Somehow in our waiting, we think that waiting is inaction, that we are not participating in anything, that it is just simply sitting in a waiting room for it to be over. For some in Christianity, our faith, our whole religion is based off of the idea that we are punching our ticket to heaven and then we're going to wait until the end of life because none of this really matters anymore because I'm going to go to heaven. I am just passing through is a popular phrase by many Christians. I am just passing through this world. I am not of this world. This is not my home, referring to that heaven is their home.


This sets up a game that life is now just a waiting room that you need to make sure you just don't do the things to mess up. You say the right things, you nod at the right time, and you don't do anything that might possibly interfere with your salvation. Now, your faith is almost based off of fear. I have to do the right things in order to get to heaven, that my ticket that I've punched and believing in Christ is valid and I have to make sure it is always valid. In a way, it's like when you buy a ticket to a sporting event. You buy the ticket and then you're ready to go to the game and you wait until that day, then you show up and the game is there. Guess what? There's a lot more that goes into that than simply buying the ticket and then showing up.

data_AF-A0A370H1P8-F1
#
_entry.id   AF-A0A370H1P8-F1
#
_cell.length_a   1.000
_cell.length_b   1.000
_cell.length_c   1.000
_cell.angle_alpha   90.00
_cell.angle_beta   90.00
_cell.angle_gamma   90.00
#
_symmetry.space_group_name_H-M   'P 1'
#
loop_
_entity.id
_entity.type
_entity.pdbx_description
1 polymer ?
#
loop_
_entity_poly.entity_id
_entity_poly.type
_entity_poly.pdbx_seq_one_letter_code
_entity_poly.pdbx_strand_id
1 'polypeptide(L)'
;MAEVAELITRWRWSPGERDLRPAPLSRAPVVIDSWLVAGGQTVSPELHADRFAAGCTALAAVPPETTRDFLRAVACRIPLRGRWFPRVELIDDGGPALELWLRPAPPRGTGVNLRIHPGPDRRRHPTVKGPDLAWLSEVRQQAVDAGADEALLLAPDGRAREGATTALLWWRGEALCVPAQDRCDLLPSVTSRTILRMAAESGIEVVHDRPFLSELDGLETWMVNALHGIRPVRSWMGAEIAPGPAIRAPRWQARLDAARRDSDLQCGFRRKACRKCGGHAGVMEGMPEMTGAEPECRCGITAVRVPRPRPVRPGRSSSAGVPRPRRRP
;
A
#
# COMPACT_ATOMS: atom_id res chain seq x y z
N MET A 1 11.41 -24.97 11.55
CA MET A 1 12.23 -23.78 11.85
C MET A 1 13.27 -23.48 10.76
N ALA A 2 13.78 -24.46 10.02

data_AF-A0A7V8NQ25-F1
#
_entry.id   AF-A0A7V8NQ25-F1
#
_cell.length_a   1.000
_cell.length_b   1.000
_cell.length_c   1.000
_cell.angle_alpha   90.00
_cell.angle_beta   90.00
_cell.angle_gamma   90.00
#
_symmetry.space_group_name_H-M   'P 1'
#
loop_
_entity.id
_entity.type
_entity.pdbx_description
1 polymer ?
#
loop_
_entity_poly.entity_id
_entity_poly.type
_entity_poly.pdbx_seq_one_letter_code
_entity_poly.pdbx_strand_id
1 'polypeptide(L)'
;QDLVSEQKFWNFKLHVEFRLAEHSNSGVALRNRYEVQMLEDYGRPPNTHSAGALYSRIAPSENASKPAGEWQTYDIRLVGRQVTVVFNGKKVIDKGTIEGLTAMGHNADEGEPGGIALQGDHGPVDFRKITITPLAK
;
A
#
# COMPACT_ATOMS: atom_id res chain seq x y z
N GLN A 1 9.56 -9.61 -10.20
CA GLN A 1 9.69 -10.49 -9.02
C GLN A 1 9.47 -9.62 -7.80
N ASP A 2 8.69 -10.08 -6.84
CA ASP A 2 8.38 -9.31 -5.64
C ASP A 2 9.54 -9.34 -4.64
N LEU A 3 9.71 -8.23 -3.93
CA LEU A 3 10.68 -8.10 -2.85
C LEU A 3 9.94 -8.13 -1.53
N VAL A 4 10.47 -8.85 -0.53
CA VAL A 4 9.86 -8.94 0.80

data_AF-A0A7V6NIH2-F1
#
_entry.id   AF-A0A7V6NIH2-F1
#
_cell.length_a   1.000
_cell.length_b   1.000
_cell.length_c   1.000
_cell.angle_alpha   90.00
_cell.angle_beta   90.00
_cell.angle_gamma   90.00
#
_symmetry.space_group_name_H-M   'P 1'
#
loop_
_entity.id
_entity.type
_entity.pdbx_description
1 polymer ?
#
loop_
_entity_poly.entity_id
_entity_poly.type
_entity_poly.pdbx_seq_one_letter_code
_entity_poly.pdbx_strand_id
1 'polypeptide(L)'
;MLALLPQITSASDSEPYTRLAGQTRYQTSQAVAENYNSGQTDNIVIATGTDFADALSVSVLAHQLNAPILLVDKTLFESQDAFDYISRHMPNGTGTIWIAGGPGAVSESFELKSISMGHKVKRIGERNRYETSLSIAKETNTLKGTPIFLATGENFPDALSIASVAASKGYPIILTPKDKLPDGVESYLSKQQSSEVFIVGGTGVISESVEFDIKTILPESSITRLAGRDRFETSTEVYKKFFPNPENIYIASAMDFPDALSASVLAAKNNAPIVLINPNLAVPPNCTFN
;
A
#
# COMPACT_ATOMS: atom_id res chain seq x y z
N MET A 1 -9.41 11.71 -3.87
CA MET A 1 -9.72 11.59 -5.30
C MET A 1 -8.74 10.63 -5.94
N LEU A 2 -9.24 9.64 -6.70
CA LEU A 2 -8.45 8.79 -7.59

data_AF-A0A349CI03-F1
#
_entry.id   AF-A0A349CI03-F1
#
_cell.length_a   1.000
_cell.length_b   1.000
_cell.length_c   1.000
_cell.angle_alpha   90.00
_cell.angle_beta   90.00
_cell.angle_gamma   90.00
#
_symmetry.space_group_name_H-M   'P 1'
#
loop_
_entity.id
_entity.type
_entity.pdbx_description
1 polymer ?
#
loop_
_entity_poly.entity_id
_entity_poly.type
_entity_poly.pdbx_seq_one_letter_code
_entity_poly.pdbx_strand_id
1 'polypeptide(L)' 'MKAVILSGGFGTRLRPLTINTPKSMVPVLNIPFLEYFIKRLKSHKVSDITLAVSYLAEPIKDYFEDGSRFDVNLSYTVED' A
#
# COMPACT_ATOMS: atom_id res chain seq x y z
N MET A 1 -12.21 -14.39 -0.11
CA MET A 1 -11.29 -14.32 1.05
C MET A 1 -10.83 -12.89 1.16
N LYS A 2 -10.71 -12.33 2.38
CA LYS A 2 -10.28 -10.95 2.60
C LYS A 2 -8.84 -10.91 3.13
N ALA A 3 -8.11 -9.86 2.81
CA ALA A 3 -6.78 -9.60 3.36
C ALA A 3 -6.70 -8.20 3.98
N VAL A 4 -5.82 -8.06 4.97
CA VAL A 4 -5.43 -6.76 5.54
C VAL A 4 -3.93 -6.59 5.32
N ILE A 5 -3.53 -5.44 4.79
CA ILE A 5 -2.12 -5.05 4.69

There's also things in between that has to happen. Now, you have to figure out how do I do parking? Do I want to pay for parking? What kind of money do I need for concessions? Am I going to buy a souvenir? Am I going to have money for food? There's all these different choices. Even if it's not in your hometown or you can't go home, you have to get a hotel room, so then you have to book that. There's all kinds of things in between that moment you buy the tickets and the moment you show up for the sporting event.